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This analysis– thinking about thinking– truly does put the students at the centers of their own learning. And, while not scary, the center is not always the most comfortable place to be. One consequence of setting goals is that you have to acknowledge that you have some control over achieving them. Whenever we take control, we also take on an equal measure of responsibility- and therein lies the challenge.

Just the process of having SLCs in the program automatically brings a cascade of other influences on the program. Teachers write reports knowing that students will be setting goals from them. This makes the language of the reports accessible and direct. We also slow the schedule down enough to include time for conference preparation. Anytime a school slows down a schedule and makes a less hectic pace for students, they benefit. And of course, it is a huge benefit to have parents join us as partners in planning the next steps for the students’ education.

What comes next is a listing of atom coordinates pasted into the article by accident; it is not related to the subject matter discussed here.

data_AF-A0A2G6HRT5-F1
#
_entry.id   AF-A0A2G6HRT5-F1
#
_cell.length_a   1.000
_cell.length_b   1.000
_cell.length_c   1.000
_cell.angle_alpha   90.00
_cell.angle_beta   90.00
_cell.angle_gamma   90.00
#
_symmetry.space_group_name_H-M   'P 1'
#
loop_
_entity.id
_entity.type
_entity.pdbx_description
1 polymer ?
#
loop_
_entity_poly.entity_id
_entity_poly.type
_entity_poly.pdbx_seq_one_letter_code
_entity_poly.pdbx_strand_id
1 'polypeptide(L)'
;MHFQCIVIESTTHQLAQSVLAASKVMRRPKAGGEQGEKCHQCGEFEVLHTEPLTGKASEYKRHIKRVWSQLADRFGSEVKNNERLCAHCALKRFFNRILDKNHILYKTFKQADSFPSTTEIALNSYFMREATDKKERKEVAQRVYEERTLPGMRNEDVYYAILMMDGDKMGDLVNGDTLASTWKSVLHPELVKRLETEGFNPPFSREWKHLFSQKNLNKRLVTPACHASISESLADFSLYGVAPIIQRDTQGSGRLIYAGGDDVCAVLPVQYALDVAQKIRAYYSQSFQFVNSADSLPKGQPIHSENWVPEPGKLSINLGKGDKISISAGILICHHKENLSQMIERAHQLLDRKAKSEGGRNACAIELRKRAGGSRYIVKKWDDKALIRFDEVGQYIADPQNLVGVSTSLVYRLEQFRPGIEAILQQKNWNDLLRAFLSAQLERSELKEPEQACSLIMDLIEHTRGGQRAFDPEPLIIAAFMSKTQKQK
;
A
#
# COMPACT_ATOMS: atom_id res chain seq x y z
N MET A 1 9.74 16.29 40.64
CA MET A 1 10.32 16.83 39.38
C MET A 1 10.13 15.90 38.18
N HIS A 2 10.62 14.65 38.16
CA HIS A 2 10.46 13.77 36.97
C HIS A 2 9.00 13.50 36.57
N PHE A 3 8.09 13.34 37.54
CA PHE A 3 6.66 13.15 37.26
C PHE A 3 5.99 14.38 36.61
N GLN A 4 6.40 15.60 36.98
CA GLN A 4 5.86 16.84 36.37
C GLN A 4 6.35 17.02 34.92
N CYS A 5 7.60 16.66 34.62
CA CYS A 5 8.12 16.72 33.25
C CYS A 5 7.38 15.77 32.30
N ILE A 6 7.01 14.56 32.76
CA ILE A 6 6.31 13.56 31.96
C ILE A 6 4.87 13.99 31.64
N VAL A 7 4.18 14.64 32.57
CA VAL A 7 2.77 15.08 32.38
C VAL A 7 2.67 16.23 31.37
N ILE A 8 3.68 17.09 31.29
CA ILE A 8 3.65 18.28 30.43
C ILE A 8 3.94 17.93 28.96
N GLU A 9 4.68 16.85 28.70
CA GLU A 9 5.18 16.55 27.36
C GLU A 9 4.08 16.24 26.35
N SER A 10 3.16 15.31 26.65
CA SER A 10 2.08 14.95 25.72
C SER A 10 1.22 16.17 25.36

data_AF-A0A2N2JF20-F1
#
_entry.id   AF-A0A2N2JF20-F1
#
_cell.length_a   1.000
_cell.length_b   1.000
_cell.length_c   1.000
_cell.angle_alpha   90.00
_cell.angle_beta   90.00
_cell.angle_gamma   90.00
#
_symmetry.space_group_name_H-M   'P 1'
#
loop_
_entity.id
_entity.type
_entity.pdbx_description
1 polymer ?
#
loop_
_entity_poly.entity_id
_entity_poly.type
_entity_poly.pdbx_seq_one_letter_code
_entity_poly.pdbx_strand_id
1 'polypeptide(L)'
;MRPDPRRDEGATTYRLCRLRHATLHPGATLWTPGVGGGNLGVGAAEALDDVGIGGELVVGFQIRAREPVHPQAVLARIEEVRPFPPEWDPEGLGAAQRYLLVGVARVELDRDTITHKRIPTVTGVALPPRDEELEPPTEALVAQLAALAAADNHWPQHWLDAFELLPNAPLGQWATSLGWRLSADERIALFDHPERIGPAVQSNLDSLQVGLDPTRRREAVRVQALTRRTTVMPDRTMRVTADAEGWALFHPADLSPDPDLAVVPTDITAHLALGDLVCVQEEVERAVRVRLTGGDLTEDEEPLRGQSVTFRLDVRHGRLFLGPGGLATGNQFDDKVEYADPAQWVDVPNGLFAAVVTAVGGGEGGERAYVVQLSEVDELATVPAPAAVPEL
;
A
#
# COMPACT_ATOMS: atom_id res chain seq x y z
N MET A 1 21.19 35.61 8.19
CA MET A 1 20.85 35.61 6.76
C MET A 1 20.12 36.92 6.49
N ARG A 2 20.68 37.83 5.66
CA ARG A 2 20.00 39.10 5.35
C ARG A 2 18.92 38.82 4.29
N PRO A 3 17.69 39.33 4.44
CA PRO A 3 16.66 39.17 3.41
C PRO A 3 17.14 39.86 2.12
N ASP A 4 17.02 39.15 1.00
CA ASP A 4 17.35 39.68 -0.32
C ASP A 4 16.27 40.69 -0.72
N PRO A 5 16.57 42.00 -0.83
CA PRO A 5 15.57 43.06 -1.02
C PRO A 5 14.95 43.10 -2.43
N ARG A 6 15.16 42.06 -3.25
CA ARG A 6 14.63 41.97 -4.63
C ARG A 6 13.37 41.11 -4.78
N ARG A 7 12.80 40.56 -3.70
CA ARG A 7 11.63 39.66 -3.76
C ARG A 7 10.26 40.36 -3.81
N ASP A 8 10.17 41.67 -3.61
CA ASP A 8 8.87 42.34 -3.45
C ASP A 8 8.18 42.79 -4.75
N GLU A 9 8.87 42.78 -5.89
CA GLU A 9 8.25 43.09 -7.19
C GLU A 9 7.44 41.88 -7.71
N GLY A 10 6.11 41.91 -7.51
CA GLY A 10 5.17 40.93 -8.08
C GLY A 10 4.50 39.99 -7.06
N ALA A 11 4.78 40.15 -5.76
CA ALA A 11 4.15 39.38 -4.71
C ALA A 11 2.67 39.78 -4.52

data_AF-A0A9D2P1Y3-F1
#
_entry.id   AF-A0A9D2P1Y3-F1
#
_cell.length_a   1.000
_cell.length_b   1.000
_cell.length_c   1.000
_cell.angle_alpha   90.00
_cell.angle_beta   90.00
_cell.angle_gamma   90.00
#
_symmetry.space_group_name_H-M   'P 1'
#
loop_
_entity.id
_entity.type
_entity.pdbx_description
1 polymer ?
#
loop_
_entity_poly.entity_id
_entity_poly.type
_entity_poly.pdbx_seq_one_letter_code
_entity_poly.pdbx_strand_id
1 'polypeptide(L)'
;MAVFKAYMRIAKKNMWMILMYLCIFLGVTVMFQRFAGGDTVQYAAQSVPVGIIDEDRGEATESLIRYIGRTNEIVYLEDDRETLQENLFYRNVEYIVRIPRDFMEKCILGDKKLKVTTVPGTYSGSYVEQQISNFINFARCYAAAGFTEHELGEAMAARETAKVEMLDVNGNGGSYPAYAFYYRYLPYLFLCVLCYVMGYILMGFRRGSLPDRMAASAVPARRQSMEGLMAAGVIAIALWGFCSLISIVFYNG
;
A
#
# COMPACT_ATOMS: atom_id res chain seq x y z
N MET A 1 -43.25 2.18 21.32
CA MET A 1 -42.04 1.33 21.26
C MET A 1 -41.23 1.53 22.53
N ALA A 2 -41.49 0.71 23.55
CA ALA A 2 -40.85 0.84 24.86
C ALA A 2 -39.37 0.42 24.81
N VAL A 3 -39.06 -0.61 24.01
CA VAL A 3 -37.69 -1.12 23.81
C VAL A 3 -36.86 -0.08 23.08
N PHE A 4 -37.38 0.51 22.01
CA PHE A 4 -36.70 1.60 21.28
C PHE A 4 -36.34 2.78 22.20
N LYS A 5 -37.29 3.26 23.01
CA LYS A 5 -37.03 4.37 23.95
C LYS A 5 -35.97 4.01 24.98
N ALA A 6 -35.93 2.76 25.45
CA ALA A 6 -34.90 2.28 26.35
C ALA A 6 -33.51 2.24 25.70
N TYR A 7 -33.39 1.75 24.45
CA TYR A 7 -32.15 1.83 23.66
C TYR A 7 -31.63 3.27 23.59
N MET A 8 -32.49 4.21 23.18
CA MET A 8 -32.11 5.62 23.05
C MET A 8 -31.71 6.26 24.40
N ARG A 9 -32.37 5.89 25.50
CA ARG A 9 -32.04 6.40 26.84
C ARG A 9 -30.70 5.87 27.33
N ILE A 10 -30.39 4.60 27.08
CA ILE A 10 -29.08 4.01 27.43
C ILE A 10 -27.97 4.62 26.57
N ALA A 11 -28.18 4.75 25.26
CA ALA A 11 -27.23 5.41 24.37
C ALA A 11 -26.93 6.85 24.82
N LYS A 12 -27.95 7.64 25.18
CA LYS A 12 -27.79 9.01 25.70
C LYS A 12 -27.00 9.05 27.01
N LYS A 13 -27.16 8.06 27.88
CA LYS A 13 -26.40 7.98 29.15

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So, have courage! Students should always be including in their conferences, and when they take the lead, all the better.

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The Food Truck Emerges

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Sixth graders completed their structure of a food truck, built of Goya cans, at the Poughkeepsie Galleria mall! The truck is striking for several reasons: it has a lighted sign, reading How CAN I help you? It has brightly lit headlights. It has a steering wheel, a big attraction, since when buttons are pushed, it honks and a voice intones “How CAN I help you?